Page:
|Publication number||US5765726 A|
|Application number||US 08/534,832|
|Publication date||Jun 16, 1998|
|Filing date||Sep 27, 1995|
|Priority date||Sep 27, 1995|
|Publication number||08534832, 534832, US 5765726 A, US 5765726A, US-A-5765726, US5765726 A, US5765726A|
|Inventors||Brian C. Jones|
|Original Assignee||Imi Wilshire Inc.|
|Export Citation||BiBTeX, EndNote, RefMan|
|Patent Citations (9), Referenced by (26), Classifications (8), Legal Events (8)|
|External Links: USPTO, USPTO Assignment, Espacenet|
The present invention relates to a beverage dispenser for the dispensing of non-carbonated beverages and carbonated beverages from the same appliance. More specifically, the present invention relates to assemblies for dispensing non-carbonated drinks at a reasonable rate with good quality from an appliance having multiple plain water drink dispensing valves and carbonated water dispensing valves.
Some types of post mixed beverage dispensers include means of chilling water and syrup, a carbonator for making carbonated water from plain water and dispensing valves which mix syrup with carbonated water or plain water and dispense them into cups for consumers. The carbonator often comprises a tank into which plain water (often referred to as sweet water) and carbon dioxide are introduced. The carbon dioxide enters into solution in the water forming carbonated water. The sweet water is often chilled prior to introduction into the carbonator tank as carbonation takes place more efficiently in chilled water. Both the water and the carbon dioxide are introduced into the tank under pressure. The tank pressure is approximately the same as the carbon dioxide supply pressure, typically 75 lbs/in2. This is normally accomplished for the water by means of a carbonator water pump which is often physically closely associated with the carbonator tank itself. Sweet water is provided to the pump, is pressurized and then injected into the carbonator tank at a pressure greatly in excess of 75 lbs/in2. The high sweet water inlet pressure is needed to overcome the flow resistance of an inlet orifice which creates a high velocity water stream to promote carbonation through resultant turbulent mixing inside the tank. Carbonated water is withdrawn from the tank, sometimes further chilled, mixed with syrup and dispensed with the dispensing valves as a carbonated finished drink.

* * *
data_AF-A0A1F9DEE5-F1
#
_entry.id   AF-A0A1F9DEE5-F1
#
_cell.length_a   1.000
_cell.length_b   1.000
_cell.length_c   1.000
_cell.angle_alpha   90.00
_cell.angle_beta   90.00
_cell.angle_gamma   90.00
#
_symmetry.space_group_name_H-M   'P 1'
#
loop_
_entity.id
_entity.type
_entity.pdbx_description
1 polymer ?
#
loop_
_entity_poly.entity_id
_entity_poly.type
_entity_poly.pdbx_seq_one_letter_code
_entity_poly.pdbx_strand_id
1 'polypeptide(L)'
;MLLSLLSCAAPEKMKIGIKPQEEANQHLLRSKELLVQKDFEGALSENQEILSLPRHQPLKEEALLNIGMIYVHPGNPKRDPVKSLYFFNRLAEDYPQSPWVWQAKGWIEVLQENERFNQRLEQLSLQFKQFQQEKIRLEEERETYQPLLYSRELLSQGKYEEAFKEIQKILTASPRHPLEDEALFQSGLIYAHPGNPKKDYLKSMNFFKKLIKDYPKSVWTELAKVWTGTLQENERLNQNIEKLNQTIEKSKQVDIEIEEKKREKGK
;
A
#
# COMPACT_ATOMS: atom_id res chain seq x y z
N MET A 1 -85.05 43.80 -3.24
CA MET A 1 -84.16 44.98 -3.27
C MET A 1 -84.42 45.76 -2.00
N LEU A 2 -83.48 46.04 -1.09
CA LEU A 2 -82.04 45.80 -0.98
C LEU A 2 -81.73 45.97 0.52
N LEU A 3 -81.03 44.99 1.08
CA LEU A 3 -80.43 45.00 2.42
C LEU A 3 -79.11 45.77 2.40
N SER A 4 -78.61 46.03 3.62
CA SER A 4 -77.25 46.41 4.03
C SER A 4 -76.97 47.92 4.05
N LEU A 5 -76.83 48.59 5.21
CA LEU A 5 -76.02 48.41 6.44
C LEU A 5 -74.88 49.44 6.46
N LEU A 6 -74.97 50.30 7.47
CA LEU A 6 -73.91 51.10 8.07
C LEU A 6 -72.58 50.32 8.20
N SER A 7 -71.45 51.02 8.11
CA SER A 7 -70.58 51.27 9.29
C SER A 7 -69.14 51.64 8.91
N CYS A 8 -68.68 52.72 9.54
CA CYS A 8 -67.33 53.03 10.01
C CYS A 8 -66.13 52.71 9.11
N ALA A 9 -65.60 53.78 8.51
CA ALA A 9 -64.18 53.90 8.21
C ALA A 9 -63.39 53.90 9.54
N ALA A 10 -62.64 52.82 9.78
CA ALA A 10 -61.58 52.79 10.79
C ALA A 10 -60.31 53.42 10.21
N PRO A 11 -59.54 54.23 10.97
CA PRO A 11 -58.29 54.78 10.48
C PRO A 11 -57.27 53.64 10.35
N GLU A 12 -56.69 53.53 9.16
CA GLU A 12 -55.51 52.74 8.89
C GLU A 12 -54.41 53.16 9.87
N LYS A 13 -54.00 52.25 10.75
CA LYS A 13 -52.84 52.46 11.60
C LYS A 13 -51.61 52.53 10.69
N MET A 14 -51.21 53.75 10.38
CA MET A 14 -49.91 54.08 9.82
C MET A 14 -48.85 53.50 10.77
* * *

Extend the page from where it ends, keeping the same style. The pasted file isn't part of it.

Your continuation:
It is often desirable to also dispense non-carbonated drinks from the same beverage dispenser. Such non-carbonated drinks can be plain water or water mixed with a flavoring or fruit based syrup as the retailer desires. In the past, water flowed from the main supply, through a carbonator pump, through a chilling tube to the plain water valve. While this arrangement works well in many applications, problems have been encountered.
In appliances such as the one described above, the water pump is turned on to fill the carbonator tank. Water for a plain water drink flows through the deenergized pump which results in a significant loss of water pressure across the pump. If more than one plain water valve is opened at once, pressure loss across the deenergized pump is greatly increased and the resultant flow rate of water to the beverage dispensing valves may be low. This low water flow rate may cause improper proportions of syrup and water to be dispensed resulting in a poor quality beverage.
In accordance with the invention, there is provided a carbonated and non-carbonated beverage dispenser having a water pump; a carbonator receiving pressurized water from the water pump, carbonated beverage dispensing valves receiving carbonated water from the carbonator, which mix this carbonated water and syrup to dispense it as a mixed drink; non-carbonated beverage dispensing valves; and, a check valve bypassing the pump adapted to maintain the pressure and flow rate of water received by the non-carbonated beverage dispensing valves at an appropriate pressure and flow rate.
Further in accordance with the invention, the bypass check valve is a low pressure loss high flow rate check valve.
Still further in accordance with the invention a water circuit for a beverage dispenser is provided in which water flows from a main water inlet into either a pump or a bypass valve connected parallel to the pump, into a chilling tube and from the chilling tube into either a carbonator or to one or more plain water dispensing valves.
It is the primary object of the present invention to provide a beverage dispenser capable of dispensing plain water drinks at a correct pressure level and flow rate and also capable of dispensing carbonated beverages.
It is another object of the present invention to provide a beverage dispenser which can dispense two or more non-carbonated beverages at the same time at desired pressure and flow rates.
It is yet another object of the present invention to provide a beverage dispenser using a common chill path for plain water to be used in plain water drinks or for plain water to be carbonated.
It is another object of the present invention to provide a beverage dispenser in which the flow restriction of the carbonator pump may be bypassed when deenergized or when the dispensing flow demand exceeds the pump flow capacity.